This dirty deal could spell the beginning of the end of the Nairobi National Park


(Posted 21st August 2016)

(Conservation groups are trying to bring down the railway line through the Nairobi National Park by strictly legal means / Picture source NairobiWire)

There is growing outrage and anger over the present violations of a range of laws and regulations vis a vis the construction of the Standard Gauge Railway section from Nairobi to Naivasha, which has blazed its way into the National Park with no environmental and social impact assessment in place nor any public hearings as required by law.
The Chairman of the Kenya Wildlife Service only made matters worse when he triggered a social media s***storm after basically accusing mainstream and social media journalists of being ill informed, sensationalist and in effect rumour mongers prompting one leading conservationist in turn to spit fire back at him: ‘This is a dangerous precedent. We are showing a remarkable lack of respect for relevant laws. You ask around the world about this park and everyone knows it. Why then risk Kenya’s reputation abroad, the standing of the world’s only national park outside a capital city? Alternative bypass routes have been shown so why are they not even taking a serious look at it. This is an unmitigated PR disaster and it reflects badly on our country and even more so on the KWS chairman who is at the centre of the storm now. You helped expose the Serengeti Highway plans a few years ago, please also expose this impending conservation atrocity‘, understandably on condition of anonymity.
Indeed it appears that construction has illegally advanced into the park, putting the park managers on the spot besides NEMA which has been urged to act.
In fact it was KWS chairman Dr. Richard Leakey who last year came up with the ludicrous suggestion that the road across the Serengeti could be built on a bridge and he is now under the spotlight as the railway construction also appears to be using as similar bridge concept. This however effectively cuts the park into two sections as much of the route will not consist of bridges effectively blocking game movements along the most part of what has been termed an illegal route.
The same sources also fingered the Kenyan electricity transmission company for running a high voltage line across the park while expressing fears that other public utility companies too may be eyeing a ‘cost effective‘ route through the park where they can avoid paying compensation or having to opt for more expensive construction methods.
It almost seems that if you can put enough money on the table you can get away with almost anything in the park. What if a property developer comes up and puts say 25 or 50 or even 100 billion on the table to create a posh estate for billionaires? I think you see where this potentially goes, that money trumps conservation, by the look of it, any time‘ ranted another regular conservation source from Kenya.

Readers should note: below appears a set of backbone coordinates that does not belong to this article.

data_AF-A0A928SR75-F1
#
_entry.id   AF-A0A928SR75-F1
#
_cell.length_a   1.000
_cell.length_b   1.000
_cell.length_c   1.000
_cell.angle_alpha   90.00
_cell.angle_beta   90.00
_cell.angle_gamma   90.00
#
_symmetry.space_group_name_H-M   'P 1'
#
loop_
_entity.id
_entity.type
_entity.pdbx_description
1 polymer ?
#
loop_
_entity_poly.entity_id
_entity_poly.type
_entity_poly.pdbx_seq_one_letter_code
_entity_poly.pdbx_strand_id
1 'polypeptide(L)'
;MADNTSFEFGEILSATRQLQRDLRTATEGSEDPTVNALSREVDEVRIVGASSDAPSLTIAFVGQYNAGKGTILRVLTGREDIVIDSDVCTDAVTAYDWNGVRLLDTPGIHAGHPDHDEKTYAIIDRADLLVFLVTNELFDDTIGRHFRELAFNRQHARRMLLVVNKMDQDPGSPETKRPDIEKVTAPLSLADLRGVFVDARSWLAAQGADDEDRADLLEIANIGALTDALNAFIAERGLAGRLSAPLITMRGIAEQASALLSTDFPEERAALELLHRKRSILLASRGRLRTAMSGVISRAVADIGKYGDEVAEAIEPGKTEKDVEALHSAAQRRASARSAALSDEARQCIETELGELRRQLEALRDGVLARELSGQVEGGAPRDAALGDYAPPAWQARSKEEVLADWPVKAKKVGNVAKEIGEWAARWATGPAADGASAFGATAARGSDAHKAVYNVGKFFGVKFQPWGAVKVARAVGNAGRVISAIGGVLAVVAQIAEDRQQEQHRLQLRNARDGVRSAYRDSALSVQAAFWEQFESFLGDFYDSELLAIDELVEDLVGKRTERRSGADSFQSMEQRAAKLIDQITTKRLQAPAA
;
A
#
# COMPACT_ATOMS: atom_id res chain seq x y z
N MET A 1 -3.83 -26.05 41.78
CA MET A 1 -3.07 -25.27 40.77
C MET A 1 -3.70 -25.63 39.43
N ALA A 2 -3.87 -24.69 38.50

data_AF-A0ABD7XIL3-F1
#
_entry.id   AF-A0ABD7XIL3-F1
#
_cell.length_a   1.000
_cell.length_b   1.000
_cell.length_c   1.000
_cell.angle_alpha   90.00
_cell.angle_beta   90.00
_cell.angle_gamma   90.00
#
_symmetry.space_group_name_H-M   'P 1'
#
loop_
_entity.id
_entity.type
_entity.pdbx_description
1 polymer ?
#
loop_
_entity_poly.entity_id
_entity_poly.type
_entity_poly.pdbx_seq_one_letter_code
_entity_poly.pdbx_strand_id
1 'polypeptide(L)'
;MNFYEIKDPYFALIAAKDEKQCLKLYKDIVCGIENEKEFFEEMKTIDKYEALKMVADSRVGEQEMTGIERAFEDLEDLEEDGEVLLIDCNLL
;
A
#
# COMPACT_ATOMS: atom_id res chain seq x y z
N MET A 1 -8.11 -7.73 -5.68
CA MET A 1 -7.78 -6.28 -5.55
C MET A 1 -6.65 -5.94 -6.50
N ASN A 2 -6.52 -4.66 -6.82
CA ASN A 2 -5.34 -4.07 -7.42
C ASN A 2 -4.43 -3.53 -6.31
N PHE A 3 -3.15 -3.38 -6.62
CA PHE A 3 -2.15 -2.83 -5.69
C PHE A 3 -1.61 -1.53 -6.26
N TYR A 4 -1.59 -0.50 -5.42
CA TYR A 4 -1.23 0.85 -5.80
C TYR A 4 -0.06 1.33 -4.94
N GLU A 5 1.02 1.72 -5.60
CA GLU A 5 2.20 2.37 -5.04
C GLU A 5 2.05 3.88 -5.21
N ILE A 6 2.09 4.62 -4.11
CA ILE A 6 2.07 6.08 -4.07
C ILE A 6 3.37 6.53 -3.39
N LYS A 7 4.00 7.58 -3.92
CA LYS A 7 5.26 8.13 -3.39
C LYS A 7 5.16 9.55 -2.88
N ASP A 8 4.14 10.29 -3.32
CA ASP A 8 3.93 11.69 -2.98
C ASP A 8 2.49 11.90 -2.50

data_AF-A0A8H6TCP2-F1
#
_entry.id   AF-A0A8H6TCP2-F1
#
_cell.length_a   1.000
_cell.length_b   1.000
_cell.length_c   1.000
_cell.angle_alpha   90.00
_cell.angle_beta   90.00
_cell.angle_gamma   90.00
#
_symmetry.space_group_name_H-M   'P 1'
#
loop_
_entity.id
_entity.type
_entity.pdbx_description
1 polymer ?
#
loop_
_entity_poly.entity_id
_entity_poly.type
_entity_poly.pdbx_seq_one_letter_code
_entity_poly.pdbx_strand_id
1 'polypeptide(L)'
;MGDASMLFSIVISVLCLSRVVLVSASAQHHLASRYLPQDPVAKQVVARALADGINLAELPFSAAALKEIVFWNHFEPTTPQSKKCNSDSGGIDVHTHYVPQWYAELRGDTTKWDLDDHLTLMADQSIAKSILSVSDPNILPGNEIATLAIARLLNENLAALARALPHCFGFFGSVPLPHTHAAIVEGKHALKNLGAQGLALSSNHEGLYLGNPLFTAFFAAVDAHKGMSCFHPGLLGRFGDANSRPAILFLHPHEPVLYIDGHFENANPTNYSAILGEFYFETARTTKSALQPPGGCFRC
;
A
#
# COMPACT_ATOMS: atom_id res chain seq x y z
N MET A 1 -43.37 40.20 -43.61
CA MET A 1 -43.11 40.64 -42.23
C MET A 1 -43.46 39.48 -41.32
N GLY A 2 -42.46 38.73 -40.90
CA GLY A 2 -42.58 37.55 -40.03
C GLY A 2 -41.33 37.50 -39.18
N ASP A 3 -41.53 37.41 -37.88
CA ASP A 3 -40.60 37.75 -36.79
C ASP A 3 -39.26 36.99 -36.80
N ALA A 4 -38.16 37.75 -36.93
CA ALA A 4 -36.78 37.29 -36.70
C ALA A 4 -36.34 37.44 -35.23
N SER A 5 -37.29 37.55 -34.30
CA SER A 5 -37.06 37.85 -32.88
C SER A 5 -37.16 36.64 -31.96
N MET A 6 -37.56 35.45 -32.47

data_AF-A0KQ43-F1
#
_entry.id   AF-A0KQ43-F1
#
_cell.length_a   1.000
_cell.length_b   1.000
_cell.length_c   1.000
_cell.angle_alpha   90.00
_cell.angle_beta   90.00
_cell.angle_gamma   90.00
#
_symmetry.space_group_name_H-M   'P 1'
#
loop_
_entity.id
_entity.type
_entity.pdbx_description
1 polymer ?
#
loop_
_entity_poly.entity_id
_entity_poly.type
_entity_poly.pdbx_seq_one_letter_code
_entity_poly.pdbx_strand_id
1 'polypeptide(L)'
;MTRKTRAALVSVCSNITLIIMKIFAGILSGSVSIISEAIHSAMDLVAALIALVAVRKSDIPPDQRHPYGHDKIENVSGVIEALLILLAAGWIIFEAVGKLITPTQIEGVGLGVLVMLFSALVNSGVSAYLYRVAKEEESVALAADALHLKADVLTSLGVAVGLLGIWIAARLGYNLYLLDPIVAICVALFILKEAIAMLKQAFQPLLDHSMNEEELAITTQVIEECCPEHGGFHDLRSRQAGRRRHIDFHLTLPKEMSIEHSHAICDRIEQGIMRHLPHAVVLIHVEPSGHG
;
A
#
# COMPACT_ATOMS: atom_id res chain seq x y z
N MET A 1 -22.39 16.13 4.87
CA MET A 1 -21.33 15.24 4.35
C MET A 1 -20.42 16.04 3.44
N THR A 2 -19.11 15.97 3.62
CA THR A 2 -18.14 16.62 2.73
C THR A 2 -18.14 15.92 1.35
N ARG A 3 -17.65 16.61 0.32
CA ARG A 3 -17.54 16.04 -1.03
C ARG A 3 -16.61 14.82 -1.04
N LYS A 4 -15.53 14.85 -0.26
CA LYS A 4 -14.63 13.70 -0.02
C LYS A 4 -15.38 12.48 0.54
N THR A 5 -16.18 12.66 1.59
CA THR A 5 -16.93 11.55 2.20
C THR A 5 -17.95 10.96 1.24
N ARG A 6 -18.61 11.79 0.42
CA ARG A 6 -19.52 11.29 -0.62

FoNNAP, short for Friends of Nairobi National Park and other conservation NGO’s and individuals are presently brainstorming on the way forward but all indications are that the matter will head to the Kenyan courts to first obtain a permanent injunction against any further encroachment of the park. The next step then would be to attempt to get a court ruling to compel Kenya Railways and the Chinese contractors to find a route around the park, probably based on suggestions seen and published here recently.
With the controversy gone public in a high profile way and the social and mainstream media reporting gathering momentum it is anyone’s guess at present how the Kenyan government will handle this and more so, what the increasingly independent court system will have to say when the inevitable cases have been filed.


  1. The level of incompetence at best and dirty dealings at worst displayed by everybody involved in invading Nairobi National Park for profit is, frankly, sickening. This is NOT the way to promote your image as an ecofriendly tourist destination to the rest of the world. Wake up, Kenya! >:-0

  2. There is no single reason to bring a through freight railway line anywhere near Nairobi, leave alone slashing this National treasure into oblivion

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